Plight of immigrants takes center stage in reading series

While immigration is a hot-button political topic, there is a very human element to the issue that often gets overlooked.


Rubén Martinez
Investigative journalist, commentator and author Rubén Martinez knows the struggles of those who brave hostile terrain, unsavory characters, criminal justice troubles and a loss of legal identity in an attempt to find a better life.


Martinez will be the guest lecturer in the second installment of the University of Houston-Victoria/American Book Review 2008 Fall Reading Series at noon Sept. 11 in the Alcorn Auditorium of the University West building, 3007 N. Ben Wilson. The free event is open to the public, and light refreshments will be served. The event is being billed as part of Victoria's Hispanic Heritage Month celebration, which runs Sept. 11 through Oct. 15.


A Los Angeles native, Martinez spent years researching the struggles of entire families who make the long trek from deep in the heart of Mexico to under-the-radar jobs in all parts of America. He learned the full depth of what immigrants go through by conducting interviews on both sides of the border.


He chronicled their plight in his 2001 book, "Crossing Over: A Mexican Family on the Migrant Trail."


"The stories he tells are very up close and personal," said Charles Alcorn III, managing editor of the American Book Review. "He is an old-fashioned reporter who takes his audience into the middle of the lives of these people who will go to great lengths to try to find a better life for generations of their family."


Martinez, an Emmy award-winning journalist, is the Fletcher Jones Chair in Literature and Writing at Loyola Marymount University in Los Angeles. He is an associate editor for Pacific News Service and a former news editor at LA Weekly.


His essays, opinion pieces and articles have appeared in The New York Times, The Washington Post and other national newspapers. As a political commentator, he has appeared on "Nightline," "Frontline," "All Things Considered" and other news programs.


In addition, he is a songwriter who played guitar in the band Concrete Blonde.


"The issues he will talk about happen every day here in Victoria and the surrounding area," said Jeffrey Di Leo, editor/publisher of ABR and dean of the UHV School of Arts & Sciences. "I hope everyone will come to the lecture and leave with a broader perspective on immigration and its related issues."


Other writers scheduled for the Fall Reading Series are:

  • Mark Doty, Oct. 21 Doty is the author of eight books of poetry and four volumes of nonfiction prose, including "Dog Years," a New York Times 2007 bestseller. He is the only U.S. poet to have received the T.S. Eliot Prize in the U.K. Doty has been given fellowships from the Guggenheim and the National Endowment for the Arts. He has won the National Book Critics Circle Award, a Whiting Writers Award, two Lambda Literary Awards and the PEN/Martha Albrand Award for First Nonfiction.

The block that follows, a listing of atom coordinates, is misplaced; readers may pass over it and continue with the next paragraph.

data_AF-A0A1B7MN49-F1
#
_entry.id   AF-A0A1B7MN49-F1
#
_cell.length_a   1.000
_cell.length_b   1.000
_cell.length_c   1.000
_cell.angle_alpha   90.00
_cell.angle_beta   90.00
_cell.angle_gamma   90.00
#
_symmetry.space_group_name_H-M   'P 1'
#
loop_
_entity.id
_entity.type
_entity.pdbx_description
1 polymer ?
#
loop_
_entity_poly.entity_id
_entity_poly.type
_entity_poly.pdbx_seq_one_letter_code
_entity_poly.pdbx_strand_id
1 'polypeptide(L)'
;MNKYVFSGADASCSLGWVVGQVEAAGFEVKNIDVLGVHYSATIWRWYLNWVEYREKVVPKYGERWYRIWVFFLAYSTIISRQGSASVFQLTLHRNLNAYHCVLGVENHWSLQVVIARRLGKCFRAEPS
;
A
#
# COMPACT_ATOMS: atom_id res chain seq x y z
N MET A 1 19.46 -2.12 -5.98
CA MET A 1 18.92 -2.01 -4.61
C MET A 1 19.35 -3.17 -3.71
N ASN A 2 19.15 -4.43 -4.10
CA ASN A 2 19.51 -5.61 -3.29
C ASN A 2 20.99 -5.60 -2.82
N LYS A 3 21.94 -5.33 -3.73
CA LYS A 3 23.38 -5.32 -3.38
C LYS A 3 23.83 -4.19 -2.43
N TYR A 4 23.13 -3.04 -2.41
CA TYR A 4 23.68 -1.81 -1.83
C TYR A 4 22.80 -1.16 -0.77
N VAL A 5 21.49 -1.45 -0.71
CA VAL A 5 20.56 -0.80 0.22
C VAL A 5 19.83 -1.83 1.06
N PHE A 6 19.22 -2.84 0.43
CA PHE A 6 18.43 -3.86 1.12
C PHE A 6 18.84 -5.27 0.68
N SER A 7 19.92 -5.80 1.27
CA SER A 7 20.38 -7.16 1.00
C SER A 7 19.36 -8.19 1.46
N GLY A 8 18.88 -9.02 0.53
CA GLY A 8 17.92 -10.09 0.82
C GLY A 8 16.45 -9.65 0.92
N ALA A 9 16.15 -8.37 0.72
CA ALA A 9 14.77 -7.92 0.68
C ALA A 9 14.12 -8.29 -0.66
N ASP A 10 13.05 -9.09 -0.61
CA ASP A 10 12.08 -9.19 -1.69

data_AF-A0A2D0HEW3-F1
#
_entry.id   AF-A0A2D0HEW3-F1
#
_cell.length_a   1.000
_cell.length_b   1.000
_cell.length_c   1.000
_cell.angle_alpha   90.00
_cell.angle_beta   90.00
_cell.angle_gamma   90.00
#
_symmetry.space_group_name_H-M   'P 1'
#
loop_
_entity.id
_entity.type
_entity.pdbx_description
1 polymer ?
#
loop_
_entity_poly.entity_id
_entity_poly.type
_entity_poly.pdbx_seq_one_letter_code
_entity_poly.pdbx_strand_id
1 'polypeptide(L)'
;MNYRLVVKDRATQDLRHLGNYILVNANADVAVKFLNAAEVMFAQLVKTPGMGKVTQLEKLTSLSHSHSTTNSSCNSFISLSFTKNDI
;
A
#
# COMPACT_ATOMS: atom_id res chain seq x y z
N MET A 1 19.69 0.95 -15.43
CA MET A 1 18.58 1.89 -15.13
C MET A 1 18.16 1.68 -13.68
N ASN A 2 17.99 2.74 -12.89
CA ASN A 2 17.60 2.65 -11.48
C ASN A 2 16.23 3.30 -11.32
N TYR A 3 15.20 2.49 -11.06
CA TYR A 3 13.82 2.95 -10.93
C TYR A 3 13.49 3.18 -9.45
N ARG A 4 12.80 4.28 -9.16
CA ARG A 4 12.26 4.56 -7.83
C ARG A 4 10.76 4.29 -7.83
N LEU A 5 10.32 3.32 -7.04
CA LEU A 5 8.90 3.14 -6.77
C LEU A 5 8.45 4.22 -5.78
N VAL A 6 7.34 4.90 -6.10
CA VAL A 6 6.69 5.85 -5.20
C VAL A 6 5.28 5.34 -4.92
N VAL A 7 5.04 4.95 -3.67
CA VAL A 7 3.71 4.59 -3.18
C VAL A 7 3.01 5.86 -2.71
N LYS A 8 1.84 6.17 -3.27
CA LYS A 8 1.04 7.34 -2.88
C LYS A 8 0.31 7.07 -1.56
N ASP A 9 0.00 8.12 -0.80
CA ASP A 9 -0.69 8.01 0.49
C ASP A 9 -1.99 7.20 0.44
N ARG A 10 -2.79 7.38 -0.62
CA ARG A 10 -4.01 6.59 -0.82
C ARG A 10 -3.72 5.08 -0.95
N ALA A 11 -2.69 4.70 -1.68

• Antonya Nelson, Nov. 20 Nelson has published five short-story collections and three novels. Her work has appeared in The New Yorker, Esquire, Harper's and in anthologies such as "Prize Stories: The O. Henry Awards" and "Best American Short Stories." Nelson was the recipient of the 2003 Rea Award for the Short Story (Lifetime Achievement) as well as National Endowment for the Arts and Guggenheim fellowships. Her books were named New York Times Notable Books for five years, and in 1999, The New Yorker called her one of the "20 young fiction writers for the new millennium."
While in Victoria, reading series authors attend roundtable discussions with UHV faculty and students, make classroom visits to area schools, give lectures open to the community, and go to receptions hosted by Friends of ABR patrons. Past speakers have included Pulitzer Prize-winning historian David M. Oshinsky, author and Iranian refugee Farnoosh Moshiri, Mexican American author Dagoberto Gilb and American Book Award recipient Graciela Limón.


ABR is a nonprofit, internationally-distributed literary journal that champions works published by small presses. Founded in 1977, ABR moved to UHV in 2006. Some 8,000 people on multiple continents read its six issues a year.


For more information about the UHV/ABR Reading Series, call Alcorn at 361-570-4100.

The University of Houston-Victoria, located in the heart of the Coastal Bend region since 1973 in Victoria, Texas, offers courses leading to more than 80 academic programs in the schools of Arts & Sciences; Business Administration; and Education, Health Professions & Human Development. UHV provides face-to-face classes at its Victoria campus, as well as an instructional site in Katy, Texas, and online classes that students can take from anywhere. UHV supports the American Association of State Colleges and Universities Opportunities for All initiative to increase awareness about state colleges and universities and the important role they have in providing a high-quality and accessible education to an increasingly diverse student population, as well as contributing to regional and state economic development.

Thomas Doyle 361-570-4342